July 19, 2010
Jesus and America
— Martin E. Marty
“If you would like to know Jesus as Lord and Savior, Call Need Him Ministry.” That invitation appears at the bottom of a full-page Hobby Lobby ad that ran in scores, if not hundreds, of newspapers a fortnight ago, appropriately on the Fourth of July. More prominent was the motto in the middle of the big page, in bold type: IN GOD WE TRUST. The juxtaposition of the Jesus-invitation and the America-claim inspires some reflection. Nowadays, writers have to “declare an interest,” so I’ll declare mine. I “came to know Jesus as Lord and Savior” on February 26, 1928 – at baptism – and grew a bit in that knowledge as years have passed, so the phrase is fine with me. As for “In God ‘We’…," I am never sure how inclusive the ‘We’ may be. From what I’ve read of the Hobby Lobby people, I am not sure non-Christians or the wrong kind of Christians would be included, but we can generously treat it generically, keeping the boundaries vague.
Around the bold motto are portraits of four founders of the United States, all of whom trusted in God, however defined – and they did their own defining. (In smaller print under them, without picture, is also a word from former President Ronald Reagan, but let’s stick to the founders’ point.) George Washington, John Adams, Thomas Jefferson, and Benjamin Franklin all receive three- to five-line spaces for testimony connecting God with “all nations” (Washington), with “a moral and religious people (Adams), “a people” and “my country” (Jefferson), and “the affairs of men” plus “an empire” (Franklin). The Hobby Lobby people have enough integrity not to try to smuggle in a reference to Jesus as Lord and Savior in the “Founders” part of the ad.
Bloggers, as you can easily find, are passionately pro or con the idea of the ad. I, for one, would argue that this is a legitimate way to witness: not through privileging Christian testimony, but by letting free marketers in religion use non-coercive, non-governmental instruments. The fact that this kind of ad is quite rare, however, illustrates why the courts get so many cases dealing with Jesus in the civil realm. The “Christmas wars” are not about crèches on the 30,000 lawns of a city, but on the 300 square feet of everybody’s “civil space” on the court house lawn.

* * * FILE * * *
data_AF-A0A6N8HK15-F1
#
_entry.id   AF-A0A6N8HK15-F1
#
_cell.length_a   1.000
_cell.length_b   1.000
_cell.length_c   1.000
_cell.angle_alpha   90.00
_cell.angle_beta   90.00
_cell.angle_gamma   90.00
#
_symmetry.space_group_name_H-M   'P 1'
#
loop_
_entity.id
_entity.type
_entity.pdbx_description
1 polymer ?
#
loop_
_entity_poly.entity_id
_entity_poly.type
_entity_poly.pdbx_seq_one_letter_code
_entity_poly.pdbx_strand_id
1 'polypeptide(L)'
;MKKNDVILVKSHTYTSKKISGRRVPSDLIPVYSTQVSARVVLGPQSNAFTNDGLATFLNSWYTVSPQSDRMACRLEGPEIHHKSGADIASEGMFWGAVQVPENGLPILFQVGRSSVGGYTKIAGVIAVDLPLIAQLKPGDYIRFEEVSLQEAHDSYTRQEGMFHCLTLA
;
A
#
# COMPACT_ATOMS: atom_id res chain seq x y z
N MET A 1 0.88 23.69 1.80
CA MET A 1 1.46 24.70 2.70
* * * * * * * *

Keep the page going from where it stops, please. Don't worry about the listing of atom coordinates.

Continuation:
The rest of the controversy deals with the four founders and their faiths. Many bloggers quote fake lines or distort what was said, in efforts to “Christianize” the big four. That won’t work. And contenders against them often make the mistake of trying to fit the four into a groove called “Deism.” They did have many things in common with Deist belief. If Deists had a church, Franklin could have served as a creed-maker. Unitarians did have a church and Jefferson let his contemporaries know that he felt at home there, where Jesus was not Lord and Savior but a humanist-ethicist’s dream.
It’s wiser to keep Founders’ beliefs vague, as they did. Jefferson once told the Delaware Indians it’d be nice for them to know about Jesus’ religion, but dropped the subject after one line. The Founders all believed that morality was important for the republic – of course! – and some of them sometimes linked “morality” with “religion,” still in that vague way. Franklin wittily ducked the Jesus-as-divine question, but believed in God the way – oops! –Deists did. Bottom line: Let Hobby Lobby invite you to Jesus. It’s a free country. Let their ads help them swell the coffers of newspapers, which desperately need advertisements. And we keep enjoying a republic where debates over religion, God, Jesus, and the public order can so openly occur.
For Further Information:
Click here to watch Glenn Beck discuss George Washington's faith with Peter Lillback, author of the bestselling George Washington's Fire: http://www.arlingtoncardinal.com/2010/05/19/glenn-beck-endorses-book-george-washingtons-sacred-fire-book-climbs-from-450000-rank-to-1-in-books/.
Martin E. Marty's biography, current projects, publications, and contact information can be found at www.illuminos.com.